What is good and what is not?
Category: philosophyphilosophy

What is good and what is not?

1. What is good and what is not?


• What is the measure of good and evil in the
• Is there in the very nature of the Universe a
set of laws which tells good from evil?
• Can we say that the bad and the evil are
known only with reference to other things and
don’t have any autonomous meaning?


• A particular philosopher would always answer
these questions of all times in a particular way
and in accordance with the circumstances he’s
living in.
• Some philosophers tried to state the measure
of good and evil in a set of commandments or
essential principles of behavior for all times.


• The 10 eternal commandments handed down
by God from the You shall have no other gods
before Me.
• You shall not make idols.
• You shall not take the name of the LORD your
God in vain.
• Remember the Sabbath day, to keep it holy.
• Honor your father and your mother.


You shall not murder.
You shall not commit adultery.
You shall not steal.
You shall not bear false witness against your
• You shall not covet.


• Other thinkers were sure that what is evil in
one place and time would be evil in another.
• For instance, is truth always good? If a person
is chased by maniac who wants to kill him,
should I make a favor to the maniac by
truthfully showing him the turn the person
took right before my eyes? Shouldn’t I lie and
thereby save the person’s life?


• If God is good, then, why there is suffering in
the universe?
• How can we reconcile a good God with an evil
• “Good” and “Evil” = “ethics”, “ethical problem”
• That’s a personal challenge to each


• Heraclitus, the Greek philosopher of change,
believed that good and evil are harmonious
with each other.
• As music comes out of combination of low
and high notes, so in the world harmony
ensues from the mixture of opposites, good
and evil.
• Solid ice can change into soft water…


• But only God can see this concord of things,
for everything is fair in that it is an element of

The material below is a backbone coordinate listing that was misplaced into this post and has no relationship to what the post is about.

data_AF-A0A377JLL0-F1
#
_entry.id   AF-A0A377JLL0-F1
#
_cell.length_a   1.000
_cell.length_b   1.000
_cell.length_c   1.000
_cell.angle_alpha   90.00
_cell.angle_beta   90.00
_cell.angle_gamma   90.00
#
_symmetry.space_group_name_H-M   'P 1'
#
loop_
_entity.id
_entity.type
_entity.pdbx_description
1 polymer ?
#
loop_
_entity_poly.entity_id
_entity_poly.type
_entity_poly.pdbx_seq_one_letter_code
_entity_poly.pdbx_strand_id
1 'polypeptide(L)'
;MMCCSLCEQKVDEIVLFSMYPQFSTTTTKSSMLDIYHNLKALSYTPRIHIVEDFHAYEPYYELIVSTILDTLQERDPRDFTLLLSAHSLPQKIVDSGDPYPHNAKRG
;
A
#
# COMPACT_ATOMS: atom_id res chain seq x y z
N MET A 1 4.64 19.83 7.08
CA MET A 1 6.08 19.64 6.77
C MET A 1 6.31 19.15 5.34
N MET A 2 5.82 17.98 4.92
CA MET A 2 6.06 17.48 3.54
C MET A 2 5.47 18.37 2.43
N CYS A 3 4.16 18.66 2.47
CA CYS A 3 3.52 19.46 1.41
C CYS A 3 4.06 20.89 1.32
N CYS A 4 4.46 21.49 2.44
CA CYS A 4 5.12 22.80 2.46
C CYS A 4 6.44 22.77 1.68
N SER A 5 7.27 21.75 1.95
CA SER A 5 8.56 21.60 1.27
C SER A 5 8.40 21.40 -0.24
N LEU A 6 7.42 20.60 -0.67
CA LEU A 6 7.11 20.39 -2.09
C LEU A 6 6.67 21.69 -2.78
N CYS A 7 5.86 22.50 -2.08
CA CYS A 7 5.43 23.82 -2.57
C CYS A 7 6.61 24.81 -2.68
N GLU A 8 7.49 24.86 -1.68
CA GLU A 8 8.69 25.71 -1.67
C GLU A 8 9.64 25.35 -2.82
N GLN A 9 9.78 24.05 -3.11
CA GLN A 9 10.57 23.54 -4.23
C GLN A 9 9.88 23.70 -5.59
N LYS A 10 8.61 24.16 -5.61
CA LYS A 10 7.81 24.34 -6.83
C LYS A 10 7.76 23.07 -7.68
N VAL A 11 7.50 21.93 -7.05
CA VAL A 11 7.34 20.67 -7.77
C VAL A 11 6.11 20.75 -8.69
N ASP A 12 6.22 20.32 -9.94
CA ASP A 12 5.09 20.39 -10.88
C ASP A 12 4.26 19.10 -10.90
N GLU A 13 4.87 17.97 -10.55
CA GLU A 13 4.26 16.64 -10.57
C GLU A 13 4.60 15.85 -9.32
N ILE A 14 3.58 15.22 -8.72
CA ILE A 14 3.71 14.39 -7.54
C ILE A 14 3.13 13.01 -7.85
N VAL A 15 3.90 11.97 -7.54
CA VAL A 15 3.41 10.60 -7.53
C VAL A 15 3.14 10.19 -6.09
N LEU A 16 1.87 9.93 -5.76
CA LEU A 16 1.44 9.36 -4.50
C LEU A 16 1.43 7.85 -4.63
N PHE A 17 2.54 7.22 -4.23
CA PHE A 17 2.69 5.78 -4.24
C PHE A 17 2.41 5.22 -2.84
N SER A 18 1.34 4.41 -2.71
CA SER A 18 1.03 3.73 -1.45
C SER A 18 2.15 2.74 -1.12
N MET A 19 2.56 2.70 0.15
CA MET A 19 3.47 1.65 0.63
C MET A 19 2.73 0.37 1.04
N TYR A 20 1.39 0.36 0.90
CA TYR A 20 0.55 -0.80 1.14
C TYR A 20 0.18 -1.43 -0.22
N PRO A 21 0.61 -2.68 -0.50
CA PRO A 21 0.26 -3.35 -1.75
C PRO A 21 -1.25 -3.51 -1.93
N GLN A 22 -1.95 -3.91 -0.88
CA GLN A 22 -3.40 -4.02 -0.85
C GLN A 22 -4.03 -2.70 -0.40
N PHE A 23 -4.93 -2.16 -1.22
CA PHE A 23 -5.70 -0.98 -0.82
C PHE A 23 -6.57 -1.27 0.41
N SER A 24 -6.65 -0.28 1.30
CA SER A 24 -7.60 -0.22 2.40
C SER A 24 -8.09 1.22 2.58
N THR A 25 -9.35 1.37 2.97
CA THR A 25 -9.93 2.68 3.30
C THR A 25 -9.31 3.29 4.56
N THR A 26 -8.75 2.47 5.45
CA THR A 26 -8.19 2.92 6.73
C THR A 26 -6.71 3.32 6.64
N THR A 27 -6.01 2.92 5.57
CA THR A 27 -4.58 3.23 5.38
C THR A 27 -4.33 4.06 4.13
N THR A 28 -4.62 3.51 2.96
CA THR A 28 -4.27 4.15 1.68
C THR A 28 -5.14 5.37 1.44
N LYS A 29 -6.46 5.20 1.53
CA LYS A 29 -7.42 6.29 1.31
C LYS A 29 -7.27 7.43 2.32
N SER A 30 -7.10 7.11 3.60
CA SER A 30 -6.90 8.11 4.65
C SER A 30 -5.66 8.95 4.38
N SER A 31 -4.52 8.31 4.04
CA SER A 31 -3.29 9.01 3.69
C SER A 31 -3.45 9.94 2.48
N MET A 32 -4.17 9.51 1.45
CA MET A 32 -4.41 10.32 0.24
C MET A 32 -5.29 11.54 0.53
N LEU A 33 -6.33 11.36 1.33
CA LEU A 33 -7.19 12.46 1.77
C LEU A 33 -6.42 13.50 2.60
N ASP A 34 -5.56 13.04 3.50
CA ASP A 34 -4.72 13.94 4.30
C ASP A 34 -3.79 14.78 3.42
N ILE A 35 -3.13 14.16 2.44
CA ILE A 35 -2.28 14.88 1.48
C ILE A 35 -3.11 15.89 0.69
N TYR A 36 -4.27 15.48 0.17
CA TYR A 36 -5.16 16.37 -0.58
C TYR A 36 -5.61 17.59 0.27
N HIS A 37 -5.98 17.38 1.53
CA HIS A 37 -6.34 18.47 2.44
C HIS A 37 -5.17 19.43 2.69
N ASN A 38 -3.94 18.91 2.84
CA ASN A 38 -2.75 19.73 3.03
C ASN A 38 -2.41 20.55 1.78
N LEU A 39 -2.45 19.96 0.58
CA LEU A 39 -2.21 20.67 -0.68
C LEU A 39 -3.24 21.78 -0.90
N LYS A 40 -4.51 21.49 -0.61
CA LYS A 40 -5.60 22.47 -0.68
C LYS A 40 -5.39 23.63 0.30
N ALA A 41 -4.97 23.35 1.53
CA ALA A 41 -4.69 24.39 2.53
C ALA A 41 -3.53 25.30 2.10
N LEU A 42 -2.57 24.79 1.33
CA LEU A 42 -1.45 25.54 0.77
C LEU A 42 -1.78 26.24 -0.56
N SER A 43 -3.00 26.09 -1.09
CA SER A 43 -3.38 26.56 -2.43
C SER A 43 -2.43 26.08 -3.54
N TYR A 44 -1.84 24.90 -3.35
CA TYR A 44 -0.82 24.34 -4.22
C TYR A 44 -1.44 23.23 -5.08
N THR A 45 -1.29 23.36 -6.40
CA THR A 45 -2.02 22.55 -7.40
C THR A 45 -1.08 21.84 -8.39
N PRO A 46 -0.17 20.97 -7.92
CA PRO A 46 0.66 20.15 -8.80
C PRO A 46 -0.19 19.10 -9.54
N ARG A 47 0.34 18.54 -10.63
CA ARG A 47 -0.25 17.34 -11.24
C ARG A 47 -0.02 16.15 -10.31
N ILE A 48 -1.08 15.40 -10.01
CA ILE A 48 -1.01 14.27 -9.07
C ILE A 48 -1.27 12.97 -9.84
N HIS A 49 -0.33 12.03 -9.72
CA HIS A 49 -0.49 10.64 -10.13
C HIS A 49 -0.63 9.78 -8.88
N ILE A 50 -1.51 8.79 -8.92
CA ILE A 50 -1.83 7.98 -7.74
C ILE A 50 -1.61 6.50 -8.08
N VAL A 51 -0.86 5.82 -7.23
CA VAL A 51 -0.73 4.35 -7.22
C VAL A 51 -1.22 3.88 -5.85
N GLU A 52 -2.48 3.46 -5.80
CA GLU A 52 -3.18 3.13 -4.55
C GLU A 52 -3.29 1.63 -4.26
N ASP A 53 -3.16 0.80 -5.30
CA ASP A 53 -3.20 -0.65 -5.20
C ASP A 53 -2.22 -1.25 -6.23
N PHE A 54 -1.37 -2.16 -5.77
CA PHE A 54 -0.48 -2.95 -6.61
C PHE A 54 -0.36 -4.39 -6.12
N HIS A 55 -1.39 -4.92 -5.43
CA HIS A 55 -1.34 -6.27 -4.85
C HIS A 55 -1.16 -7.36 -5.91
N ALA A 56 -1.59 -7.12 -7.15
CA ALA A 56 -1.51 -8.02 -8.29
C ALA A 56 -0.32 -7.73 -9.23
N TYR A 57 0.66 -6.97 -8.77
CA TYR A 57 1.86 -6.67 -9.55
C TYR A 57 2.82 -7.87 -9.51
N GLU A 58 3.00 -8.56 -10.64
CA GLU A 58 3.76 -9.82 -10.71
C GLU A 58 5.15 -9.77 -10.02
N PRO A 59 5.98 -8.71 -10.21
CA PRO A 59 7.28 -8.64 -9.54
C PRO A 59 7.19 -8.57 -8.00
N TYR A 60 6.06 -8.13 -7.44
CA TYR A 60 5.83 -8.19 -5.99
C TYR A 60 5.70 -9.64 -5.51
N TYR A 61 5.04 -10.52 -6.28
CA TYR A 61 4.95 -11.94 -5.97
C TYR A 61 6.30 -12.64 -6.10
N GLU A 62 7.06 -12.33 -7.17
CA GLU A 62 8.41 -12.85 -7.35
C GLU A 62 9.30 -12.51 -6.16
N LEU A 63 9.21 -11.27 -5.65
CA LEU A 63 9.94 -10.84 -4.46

tremendous universal harmony.
• We should live in harmony with the Universal
Reason and its laws; then we’ll contemplate
the all-pervasive harmony.
• Evil is not bothering for it is only a phase in
the Universal Harmony, a necessary part of
the good whole.


• Democritus the Atomist – the goal of the
existence is happiness (state of tranquility
attendant upon harmony of the soul; inner
condition; balance of life).
• We should not depend on things of this world
which come and go, for it is lack of them that
makes us suffer.


• The good man is not that which does good but
that which wants to do good at all times. Not
our deeds, but our desires make us happy.
• Sophists – each one has the right to define
what is good and what is evil for man is the
measure of all things. Morality is habit,
everyone ought frame his own code of


• What is good for me, can be bad for you. If
you are not agree, prove me wrong, give good
reason for your disapproval of me! Chaos,
pure individualism and absolute selfishness
were the results of this approach. They lost
the forest by caring too mach for the trees!
• But they laid bare a tendency which was rich
in possibilities – independent human mind
that thinks for itself being one of them.
Everything should be justified before the bar
of human reason.


• Socrates – living of good life is of the prime
• There should be a basic principle of right and
wrong applicable much beyond the individual
principles of anyone.
• The knowledge is the highest good by which
everything is measured. If you know what is
right, you’ll do it! Therefore, “No man is
advertently bad”. He simply ignorant!
• Then, a life without trying to discover what is
good is the worst kind of life.


• Plato – the world of sense is too fleeting. The
world of ideas which is pure good may be known
only through reason.
• The reason is the highest good for man. But we
have to release our soul from our body in order
for it to contemplate the world of ideas.
• Man consists of three parts – bodily appetites,
spiritual part or will (action, courage, bravery),
the reason (concerned with the best in man).
• When reason rules the will and the appetites,
man is wise, brave and self-controlled. He is good
and he is happy. To be good and to be happy is